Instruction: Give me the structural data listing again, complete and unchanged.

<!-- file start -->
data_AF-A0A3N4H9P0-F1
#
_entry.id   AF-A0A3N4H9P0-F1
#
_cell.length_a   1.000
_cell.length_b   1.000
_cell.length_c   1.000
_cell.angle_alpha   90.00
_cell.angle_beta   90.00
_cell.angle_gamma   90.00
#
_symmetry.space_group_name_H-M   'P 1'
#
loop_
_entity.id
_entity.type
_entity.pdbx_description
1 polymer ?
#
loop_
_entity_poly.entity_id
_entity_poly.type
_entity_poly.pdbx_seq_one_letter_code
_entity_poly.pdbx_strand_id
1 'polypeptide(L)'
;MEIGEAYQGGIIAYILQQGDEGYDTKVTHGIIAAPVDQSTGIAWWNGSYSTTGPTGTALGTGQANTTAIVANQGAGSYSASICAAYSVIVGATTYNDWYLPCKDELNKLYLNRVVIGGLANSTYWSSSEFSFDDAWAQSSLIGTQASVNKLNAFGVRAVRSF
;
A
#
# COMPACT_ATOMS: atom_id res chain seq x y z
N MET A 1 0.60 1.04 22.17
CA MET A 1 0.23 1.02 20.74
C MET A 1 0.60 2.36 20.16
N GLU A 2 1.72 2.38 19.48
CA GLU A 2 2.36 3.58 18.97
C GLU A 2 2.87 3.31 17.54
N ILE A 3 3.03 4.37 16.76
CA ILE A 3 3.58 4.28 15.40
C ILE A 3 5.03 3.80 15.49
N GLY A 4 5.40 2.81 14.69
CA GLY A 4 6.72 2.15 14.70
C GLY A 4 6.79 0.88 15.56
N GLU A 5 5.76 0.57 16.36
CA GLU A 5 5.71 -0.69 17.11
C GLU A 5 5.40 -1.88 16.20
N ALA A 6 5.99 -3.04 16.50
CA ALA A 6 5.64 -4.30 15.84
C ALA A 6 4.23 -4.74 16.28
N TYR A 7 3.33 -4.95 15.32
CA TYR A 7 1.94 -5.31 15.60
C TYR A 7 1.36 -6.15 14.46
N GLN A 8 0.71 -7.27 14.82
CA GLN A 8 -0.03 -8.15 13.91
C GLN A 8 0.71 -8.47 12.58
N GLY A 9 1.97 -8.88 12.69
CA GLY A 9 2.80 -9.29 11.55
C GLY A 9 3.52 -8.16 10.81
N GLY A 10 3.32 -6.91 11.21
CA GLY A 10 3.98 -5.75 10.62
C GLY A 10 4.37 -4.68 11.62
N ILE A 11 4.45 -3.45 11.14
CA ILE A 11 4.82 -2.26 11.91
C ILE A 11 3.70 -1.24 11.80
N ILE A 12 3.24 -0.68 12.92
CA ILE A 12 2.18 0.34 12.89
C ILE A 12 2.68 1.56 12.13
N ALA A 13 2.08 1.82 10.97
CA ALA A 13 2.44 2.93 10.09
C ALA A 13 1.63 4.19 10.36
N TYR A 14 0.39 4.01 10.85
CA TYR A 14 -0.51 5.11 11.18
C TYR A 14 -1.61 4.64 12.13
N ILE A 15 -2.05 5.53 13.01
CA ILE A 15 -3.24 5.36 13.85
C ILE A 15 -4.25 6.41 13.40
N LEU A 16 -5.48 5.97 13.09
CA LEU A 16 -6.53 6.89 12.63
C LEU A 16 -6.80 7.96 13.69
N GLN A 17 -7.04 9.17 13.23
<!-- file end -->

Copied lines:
data_AF-A0A3N4H9P0-F1
#
_entry.id   AF-A0A3N4H9P0-F1
#
_cell.length_a   1.000
_cell.length_b   1.000
_cell.length_c   1.000
_cell.angle_alpha   90.00
_cell.angle_beta   90.00
_cell.angle_gamma   90.00
#
_symmetry.space_group_name_H-M   'P 1'
#
loop_
_entity.id
_entity.type
_entity.pdbx_description
1 polymer ?
#
loop_
_entity_poly.entity_id
_entity_poly.type
_entity_poly.pdbx_seq_one_letter_code
_entity_poly.pdbx_strand_id
1 'polypeptide(L)'
;MEIGEAYQGGIIAYILQQGDEGYDTKVTHGIIAAPVDQSTGIAWWNGSYSTTGPTGTALGTGQANTTAIVANQGAGSYSASICAAYSVIVGATTYNDWYLPCKDELNKLYLNRVVIGGLANSTYWSSSEFSFDDAWAQSSLIGTQASVNKLNAFGVRAVRSF
;
A
#
# COMPACT_ATOMS: atom_id res chain seq x y z
N MET A 1 0.60 1.04 22.17
CA MET A 1 0.23 1.02 20.74
C MET A 1 0.60 2.36 20.16
N GLU A 2 1.72 2.38 19.48
CA GLU A 2 2.36 3.58 18.97
C GLU A 2 2.87 3.31 17.54
N ILE A 3 3.03 4.37 16.76
CA ILE A 3 3.58 4.28 15.40
C ILE A 3 5.03 3.80 15.49
N GLY A 4 5.40 2.81 14.69
CA GLY A 4 6.72 2.15 14.70
C GLY A 4 6.79 0.88 15.56
N GLU A 5 5.76 0.57 16.36
CA GLU A 5 5.71 -0.69 17.11
C GLU A 5 5.40 -1.88 16.20
N ALA A 6 5.99 -3.04 16.50
CA ALA A 6 5.64 -4.30 15.84
C ALA A 6 4.23 -4.74 16.28
N TYR A 7 3.33 -4.95 15.32
CA TYR A 7 1.94 -5.31 15.60
C TYR A 7 1.36 -6.15 14.46
N GLN A 8 0.71 -7.27 14.82
CA GLN A 8 -0.03 -8.15 13.91
C GLN A 8 0.71 -8.47 12.58
N GLY A 9 1.97 -8.88 12.69
CA GLY A 9 2.80 -9.29 11.55
C GLY A 9 3.52 -8.16 10.81
N GLY A 10 3.32 -6.91 11.21
CA GLY A 10 3.98 -5.75 10.62
C GLY A 10 4.37 -4.68 11.62
N ILE A 11 4.45 -3.45 11.14
CA ILE A 11 4.82 -2.26 11.91
C ILE A 11 3.70 -1.24 11.80
N ILE A 12 3.24 -0.68 12.92
CA ILE A 12 2.18 0.34 12.89
C ILE A 12 2.68 1.56 12.13
N ALA A 13 2.08 1.82 10.97
CA ALA A 13 2.44 2.93 10.09
C ALA A 13 1.63 4.19 10.36
N TYR A 14 0.39 4.01 10.85
CA TYR A 14 -0.51 5.11 11.18
C TYR A 14 -1.61 4.64 12.13
N ILE A 15 -2.05 5.53 13.01
CA ILE A 15 -3.24 5.36 13.85
C ILE A 15 -4.25 6.41 13.40
N LEU A 16 -5.48 5.97 13.09
CA LEU A 16 -6.53 6.89 12.63
C LEU A 16 -6.80 7.96 13.69
N GLN A 17 -7.04 9.17 13.23